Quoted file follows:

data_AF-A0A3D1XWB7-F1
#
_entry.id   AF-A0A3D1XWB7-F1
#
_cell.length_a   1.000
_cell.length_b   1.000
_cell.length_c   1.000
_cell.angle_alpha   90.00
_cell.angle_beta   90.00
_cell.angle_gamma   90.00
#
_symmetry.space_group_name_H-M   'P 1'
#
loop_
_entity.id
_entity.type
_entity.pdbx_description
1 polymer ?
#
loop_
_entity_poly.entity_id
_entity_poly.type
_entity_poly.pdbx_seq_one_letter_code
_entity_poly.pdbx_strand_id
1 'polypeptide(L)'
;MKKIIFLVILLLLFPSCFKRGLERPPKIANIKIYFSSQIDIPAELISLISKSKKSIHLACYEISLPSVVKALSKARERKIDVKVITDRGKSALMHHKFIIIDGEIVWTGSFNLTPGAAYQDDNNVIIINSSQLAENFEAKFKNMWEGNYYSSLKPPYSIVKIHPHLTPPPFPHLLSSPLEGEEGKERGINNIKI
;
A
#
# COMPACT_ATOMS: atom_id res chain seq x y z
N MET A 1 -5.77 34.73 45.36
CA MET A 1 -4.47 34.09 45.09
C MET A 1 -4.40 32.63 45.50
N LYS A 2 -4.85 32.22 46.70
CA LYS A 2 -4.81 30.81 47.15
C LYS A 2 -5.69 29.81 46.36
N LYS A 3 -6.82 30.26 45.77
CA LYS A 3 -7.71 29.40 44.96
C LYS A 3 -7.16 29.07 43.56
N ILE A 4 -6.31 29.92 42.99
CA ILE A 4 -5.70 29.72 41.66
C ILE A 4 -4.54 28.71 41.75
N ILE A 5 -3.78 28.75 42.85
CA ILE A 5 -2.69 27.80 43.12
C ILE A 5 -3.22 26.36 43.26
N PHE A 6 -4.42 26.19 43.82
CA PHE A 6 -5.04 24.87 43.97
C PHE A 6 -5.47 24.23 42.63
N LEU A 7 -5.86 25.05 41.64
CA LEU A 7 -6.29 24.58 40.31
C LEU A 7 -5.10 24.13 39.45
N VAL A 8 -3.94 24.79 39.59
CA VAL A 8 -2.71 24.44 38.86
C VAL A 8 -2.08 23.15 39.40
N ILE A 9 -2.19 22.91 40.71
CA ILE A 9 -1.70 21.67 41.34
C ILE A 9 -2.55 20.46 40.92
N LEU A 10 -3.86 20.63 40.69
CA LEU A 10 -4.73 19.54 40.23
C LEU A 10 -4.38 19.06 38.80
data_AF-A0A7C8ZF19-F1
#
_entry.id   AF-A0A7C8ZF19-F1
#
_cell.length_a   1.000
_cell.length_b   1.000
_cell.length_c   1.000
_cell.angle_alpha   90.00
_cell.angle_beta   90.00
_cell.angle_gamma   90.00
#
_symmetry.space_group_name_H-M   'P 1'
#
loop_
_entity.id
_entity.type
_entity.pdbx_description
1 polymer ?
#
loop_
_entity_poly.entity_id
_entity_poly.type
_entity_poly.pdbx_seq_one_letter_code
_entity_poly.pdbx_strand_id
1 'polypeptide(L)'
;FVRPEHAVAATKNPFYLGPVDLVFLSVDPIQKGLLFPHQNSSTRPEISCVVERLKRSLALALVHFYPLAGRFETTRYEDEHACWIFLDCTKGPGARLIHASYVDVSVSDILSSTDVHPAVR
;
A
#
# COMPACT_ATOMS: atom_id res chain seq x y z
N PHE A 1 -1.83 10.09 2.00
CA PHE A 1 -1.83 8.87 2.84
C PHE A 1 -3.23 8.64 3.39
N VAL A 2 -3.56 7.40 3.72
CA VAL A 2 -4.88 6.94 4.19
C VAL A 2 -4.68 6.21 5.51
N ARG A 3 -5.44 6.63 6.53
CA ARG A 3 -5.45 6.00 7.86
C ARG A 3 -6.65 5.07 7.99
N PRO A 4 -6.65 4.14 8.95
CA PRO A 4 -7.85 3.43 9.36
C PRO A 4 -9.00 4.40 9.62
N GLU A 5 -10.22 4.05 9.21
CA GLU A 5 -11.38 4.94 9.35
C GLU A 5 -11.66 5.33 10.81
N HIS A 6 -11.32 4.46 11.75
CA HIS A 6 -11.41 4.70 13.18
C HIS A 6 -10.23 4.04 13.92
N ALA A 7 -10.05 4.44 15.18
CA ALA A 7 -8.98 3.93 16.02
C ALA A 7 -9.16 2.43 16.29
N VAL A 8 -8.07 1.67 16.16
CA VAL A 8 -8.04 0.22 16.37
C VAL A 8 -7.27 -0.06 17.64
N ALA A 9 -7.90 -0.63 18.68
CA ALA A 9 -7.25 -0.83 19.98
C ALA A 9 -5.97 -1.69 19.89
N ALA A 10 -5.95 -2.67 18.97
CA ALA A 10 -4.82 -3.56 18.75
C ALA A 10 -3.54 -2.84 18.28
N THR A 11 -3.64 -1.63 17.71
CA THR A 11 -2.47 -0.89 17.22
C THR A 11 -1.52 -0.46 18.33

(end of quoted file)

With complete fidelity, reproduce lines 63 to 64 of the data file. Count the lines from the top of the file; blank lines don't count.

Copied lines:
_entry.id   AF-A0A7C8ZF19-F1
#